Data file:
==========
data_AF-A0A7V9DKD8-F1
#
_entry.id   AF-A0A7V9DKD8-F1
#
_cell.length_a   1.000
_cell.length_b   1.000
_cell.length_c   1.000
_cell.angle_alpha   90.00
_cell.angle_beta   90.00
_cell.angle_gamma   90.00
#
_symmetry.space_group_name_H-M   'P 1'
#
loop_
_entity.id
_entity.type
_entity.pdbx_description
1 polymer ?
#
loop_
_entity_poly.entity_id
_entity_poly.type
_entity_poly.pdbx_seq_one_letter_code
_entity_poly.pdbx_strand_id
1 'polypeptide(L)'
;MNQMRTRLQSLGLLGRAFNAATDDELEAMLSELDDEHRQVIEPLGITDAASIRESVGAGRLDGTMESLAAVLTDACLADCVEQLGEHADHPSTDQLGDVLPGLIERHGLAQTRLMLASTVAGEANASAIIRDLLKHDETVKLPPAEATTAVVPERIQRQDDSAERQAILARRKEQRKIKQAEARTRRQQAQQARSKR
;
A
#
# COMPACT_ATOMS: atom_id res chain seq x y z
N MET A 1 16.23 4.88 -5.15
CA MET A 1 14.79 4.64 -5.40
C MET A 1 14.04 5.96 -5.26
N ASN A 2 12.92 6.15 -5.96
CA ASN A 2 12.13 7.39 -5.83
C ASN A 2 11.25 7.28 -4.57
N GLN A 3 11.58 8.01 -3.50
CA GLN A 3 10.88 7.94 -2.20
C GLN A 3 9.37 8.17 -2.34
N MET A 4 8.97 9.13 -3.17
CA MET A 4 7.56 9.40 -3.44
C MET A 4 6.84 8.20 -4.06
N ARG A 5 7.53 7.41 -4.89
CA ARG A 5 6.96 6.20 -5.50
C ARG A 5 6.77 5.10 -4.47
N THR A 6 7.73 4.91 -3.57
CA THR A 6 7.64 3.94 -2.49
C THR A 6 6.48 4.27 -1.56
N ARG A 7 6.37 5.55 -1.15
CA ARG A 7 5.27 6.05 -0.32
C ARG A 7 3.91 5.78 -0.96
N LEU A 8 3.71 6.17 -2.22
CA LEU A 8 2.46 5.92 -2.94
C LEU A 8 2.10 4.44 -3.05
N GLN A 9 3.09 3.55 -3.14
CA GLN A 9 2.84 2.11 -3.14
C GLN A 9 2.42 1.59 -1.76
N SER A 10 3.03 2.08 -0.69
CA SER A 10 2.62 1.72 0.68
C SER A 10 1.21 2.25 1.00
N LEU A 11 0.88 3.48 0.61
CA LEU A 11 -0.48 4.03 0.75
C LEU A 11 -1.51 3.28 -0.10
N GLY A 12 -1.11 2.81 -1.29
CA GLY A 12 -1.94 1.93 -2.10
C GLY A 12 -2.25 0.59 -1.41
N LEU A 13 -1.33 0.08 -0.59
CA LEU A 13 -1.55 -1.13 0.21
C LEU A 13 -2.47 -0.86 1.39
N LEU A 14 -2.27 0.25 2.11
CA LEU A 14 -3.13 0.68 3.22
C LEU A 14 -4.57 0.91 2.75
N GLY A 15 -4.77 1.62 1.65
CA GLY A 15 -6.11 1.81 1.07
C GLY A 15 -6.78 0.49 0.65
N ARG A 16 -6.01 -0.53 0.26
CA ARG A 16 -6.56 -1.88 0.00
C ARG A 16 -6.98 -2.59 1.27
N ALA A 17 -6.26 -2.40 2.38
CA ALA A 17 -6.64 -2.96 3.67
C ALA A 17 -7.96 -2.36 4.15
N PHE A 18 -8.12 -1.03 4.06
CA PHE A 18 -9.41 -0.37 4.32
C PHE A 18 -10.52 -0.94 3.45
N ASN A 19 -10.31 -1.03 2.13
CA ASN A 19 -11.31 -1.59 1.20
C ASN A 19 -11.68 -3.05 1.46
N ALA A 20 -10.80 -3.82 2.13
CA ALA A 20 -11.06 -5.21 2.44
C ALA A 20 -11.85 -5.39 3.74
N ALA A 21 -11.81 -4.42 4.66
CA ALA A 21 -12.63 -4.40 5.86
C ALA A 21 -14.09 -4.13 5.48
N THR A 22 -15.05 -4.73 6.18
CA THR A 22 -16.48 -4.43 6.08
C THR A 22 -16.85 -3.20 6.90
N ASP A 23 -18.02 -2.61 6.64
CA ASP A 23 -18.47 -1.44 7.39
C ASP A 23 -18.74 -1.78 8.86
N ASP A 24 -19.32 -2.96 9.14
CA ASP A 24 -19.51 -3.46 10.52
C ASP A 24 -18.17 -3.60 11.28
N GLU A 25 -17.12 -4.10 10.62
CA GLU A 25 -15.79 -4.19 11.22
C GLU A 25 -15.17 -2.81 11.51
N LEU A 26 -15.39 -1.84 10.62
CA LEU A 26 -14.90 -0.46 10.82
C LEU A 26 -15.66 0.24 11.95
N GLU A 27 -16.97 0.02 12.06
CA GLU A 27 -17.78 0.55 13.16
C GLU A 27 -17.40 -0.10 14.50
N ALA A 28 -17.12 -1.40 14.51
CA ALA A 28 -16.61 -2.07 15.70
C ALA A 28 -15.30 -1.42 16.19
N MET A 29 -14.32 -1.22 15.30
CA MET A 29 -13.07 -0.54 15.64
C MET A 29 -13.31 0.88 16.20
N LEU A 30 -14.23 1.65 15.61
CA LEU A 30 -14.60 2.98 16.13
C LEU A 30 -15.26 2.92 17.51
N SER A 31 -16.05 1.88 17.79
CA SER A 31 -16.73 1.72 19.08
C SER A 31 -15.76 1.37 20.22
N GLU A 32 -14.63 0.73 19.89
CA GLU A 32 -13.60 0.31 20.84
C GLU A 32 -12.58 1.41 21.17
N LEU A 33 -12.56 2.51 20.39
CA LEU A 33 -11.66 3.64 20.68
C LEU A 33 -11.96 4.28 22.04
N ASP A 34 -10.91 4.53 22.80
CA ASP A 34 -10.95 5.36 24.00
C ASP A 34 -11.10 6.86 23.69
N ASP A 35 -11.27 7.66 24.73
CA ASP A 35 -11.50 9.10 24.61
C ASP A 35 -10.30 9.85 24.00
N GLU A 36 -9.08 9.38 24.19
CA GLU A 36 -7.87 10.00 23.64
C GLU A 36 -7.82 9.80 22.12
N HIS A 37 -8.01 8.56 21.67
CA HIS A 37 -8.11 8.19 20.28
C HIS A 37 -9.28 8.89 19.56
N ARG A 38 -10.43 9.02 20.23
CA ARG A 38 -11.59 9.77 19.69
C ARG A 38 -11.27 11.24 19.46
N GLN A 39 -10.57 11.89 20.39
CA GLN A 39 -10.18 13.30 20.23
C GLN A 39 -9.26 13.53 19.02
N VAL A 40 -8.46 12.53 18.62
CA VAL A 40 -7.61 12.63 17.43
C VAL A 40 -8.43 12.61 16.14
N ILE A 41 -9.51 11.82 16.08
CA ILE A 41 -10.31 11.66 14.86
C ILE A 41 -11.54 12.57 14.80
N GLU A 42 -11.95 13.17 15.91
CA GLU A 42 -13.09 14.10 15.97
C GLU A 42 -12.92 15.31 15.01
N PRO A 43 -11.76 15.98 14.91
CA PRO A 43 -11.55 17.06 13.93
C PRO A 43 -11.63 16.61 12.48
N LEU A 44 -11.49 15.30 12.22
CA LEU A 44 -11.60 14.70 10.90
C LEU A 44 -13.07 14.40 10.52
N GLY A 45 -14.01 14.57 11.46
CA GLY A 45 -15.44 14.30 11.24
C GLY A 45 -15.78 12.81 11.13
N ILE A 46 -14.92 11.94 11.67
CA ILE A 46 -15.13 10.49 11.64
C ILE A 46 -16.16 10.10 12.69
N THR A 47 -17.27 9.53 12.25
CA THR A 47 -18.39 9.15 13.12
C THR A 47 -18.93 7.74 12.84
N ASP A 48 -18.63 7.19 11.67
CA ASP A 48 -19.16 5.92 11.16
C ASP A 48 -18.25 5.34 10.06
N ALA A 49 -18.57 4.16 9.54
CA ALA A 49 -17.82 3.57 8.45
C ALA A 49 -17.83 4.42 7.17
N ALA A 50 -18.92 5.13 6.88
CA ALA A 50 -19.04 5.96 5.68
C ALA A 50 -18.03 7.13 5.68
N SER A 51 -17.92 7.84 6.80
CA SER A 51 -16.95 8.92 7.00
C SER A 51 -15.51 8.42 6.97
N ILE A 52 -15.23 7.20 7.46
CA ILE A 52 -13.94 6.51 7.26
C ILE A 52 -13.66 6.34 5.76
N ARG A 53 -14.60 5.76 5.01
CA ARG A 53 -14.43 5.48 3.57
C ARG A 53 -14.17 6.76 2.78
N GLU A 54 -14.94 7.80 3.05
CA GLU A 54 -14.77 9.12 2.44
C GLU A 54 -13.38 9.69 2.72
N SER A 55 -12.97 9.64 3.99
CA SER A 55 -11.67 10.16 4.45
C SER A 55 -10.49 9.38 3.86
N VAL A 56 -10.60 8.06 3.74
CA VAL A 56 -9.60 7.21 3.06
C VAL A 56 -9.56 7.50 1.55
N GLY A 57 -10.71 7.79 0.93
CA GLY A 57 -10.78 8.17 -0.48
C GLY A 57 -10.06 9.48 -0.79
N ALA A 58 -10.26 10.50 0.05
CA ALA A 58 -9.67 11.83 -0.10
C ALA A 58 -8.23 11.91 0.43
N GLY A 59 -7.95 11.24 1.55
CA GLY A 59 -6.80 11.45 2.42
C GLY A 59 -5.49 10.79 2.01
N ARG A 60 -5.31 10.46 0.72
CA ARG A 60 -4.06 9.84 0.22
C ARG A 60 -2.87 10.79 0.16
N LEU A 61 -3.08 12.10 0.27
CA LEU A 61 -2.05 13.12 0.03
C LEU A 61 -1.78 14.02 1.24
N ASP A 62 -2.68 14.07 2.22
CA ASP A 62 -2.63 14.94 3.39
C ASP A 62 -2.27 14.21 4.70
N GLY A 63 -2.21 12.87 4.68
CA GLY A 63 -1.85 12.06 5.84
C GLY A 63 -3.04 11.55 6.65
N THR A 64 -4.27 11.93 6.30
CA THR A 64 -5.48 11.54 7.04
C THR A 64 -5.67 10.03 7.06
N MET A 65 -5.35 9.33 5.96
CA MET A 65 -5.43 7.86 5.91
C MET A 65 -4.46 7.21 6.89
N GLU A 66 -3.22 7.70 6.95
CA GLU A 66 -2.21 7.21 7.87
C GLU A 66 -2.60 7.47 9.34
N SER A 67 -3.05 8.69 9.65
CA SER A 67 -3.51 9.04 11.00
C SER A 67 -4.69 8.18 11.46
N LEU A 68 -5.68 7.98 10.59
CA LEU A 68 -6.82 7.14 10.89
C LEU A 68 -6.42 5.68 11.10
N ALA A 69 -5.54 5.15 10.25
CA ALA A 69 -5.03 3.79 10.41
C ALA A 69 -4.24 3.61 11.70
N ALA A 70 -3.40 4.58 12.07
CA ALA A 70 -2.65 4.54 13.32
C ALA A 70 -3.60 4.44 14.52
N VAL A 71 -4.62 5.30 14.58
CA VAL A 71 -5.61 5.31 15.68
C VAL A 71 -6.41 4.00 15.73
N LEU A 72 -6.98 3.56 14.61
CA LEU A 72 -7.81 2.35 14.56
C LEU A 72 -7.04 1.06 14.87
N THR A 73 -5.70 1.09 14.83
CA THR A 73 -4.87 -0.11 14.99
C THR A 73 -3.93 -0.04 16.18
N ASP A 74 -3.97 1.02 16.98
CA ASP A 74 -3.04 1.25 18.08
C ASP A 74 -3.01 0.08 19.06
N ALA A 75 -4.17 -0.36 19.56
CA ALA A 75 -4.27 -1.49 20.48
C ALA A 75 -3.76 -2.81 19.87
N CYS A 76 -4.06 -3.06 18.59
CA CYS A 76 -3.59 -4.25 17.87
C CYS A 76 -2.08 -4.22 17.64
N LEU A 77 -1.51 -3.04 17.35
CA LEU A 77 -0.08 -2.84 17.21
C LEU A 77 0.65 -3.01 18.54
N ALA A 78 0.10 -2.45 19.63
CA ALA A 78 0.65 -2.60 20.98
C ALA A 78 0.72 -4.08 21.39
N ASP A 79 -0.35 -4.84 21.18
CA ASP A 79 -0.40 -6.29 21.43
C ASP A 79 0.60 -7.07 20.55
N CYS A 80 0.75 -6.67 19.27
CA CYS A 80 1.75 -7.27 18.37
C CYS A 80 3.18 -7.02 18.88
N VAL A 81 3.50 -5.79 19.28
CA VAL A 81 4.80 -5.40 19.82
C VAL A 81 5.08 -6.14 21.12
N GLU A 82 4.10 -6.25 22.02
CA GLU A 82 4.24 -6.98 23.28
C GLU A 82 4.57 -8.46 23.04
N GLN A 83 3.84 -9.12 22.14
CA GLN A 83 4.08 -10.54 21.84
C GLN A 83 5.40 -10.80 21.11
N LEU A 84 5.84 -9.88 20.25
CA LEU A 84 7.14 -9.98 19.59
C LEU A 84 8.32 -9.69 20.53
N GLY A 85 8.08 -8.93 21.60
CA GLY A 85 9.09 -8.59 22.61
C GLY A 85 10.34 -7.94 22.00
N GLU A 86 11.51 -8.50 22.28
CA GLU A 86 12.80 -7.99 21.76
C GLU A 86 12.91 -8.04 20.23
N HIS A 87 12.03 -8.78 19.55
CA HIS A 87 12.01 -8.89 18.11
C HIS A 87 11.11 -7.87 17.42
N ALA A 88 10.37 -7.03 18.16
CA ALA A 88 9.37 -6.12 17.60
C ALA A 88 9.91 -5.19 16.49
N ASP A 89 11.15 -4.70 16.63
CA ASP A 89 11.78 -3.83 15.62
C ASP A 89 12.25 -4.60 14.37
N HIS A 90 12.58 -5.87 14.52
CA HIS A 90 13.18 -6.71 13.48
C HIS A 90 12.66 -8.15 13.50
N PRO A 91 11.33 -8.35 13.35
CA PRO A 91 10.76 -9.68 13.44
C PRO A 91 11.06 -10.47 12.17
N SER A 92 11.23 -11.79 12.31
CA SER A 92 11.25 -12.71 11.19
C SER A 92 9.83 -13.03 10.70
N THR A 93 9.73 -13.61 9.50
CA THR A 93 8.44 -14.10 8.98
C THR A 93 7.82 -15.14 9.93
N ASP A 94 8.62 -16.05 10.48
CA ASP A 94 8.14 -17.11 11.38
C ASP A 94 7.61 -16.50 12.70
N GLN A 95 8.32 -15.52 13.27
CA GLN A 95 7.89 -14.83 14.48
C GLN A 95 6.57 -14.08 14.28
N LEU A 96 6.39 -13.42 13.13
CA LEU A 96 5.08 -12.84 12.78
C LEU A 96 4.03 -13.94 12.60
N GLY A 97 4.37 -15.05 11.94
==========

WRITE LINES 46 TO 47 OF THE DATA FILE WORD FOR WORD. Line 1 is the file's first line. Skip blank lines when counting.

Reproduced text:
N THR A 6 7.73 4.91 -3.57
CA THR A 6 7.64 3.94 -2.49